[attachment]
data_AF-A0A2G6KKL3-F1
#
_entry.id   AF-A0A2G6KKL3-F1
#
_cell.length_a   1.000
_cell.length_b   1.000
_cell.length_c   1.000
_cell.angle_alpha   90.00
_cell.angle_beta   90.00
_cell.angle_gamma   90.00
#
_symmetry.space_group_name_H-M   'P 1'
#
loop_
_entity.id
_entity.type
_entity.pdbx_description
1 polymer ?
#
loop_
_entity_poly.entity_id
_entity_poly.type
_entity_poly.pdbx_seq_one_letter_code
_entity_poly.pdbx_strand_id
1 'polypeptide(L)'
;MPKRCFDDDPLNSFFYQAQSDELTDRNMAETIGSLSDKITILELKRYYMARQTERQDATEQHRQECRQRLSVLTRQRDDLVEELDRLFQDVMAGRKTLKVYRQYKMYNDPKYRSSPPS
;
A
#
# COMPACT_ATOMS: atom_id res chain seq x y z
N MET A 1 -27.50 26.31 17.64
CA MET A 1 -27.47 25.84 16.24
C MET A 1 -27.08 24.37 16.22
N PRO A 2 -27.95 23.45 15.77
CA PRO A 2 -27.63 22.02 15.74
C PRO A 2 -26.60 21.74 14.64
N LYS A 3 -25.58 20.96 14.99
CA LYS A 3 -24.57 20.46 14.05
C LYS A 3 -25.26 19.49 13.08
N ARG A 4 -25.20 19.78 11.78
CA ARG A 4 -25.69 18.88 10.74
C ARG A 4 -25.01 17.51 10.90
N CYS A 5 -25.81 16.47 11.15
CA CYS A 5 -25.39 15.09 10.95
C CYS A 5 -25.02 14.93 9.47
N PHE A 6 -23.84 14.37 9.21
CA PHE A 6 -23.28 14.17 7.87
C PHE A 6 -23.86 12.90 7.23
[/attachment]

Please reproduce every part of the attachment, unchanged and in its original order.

data_AF-A0A2G6KKL3-F1
#
_entry.id   AF-A0A2G6KKL3-F1
#
_cell.length_a   1.000
_cell.length_b   1.000
_cell.length_c   1.000
_cell.angle_alpha   90.00
_cell.angle_beta   90.00
_cell.angle_gamma   90.00
#
_symmetry.space_group_name_H-M   'P 1'
#
loop_
_entity.id
_entity.type
_entity.pdbx_description
1 polymer ?
#
loop_
_entity_poly.entity_id
_entity_poly.type
_entity_poly.pdbx_seq_one_letter_code
_entity_poly.pdbx_strand_id
1 'polypeptide(L)'
;MPKRCFDDDPLNSFFYQAQSDELTDRNMAETIGSLSDKITILELKRYYMARQTERQDATEQHRQECRQRLSVLTRQRDDLVEELDRLFQDVMAGRKTLKVYRQYKMYNDPKYRSSPPS
;
A
#
# COMPACT_ATOMS: atom_id res chain seq x y z
N MET A 1 -27.50 26.31 17.64
CA MET A 1 -27.47 25.84 16.24
C MET A 1 -27.08 24.37 16.22
N PRO A 2 -27.95 23.45 15.77
CA PRO A 2 -27.63 22.02 15.74
C PRO A 2 -26.60 21.74 14.64
N LYS A 3 -25.58 20.96 14.99
CA LYS A 3 -24.57 20.46 14.05
C LYS A 3 -25.26 19.49 13.08
N ARG A 4 -25.20 19.78 11.78
CA ARG A 4 -25.69 18.88 10.74
C ARG A 4 -25.01 17.51 10.90
N CYS A 5 -25.81 16.47 11.15
CA CYS A 5 -25.39 15.09 10.95
C CYS A 5 -25.02 14.93 9.47
N PHE A 6 -23.84 14.37 9.21
CA PHE A 6 -23.28 14.17 7.87
C PHE A 6 -23.86 12.90 7.23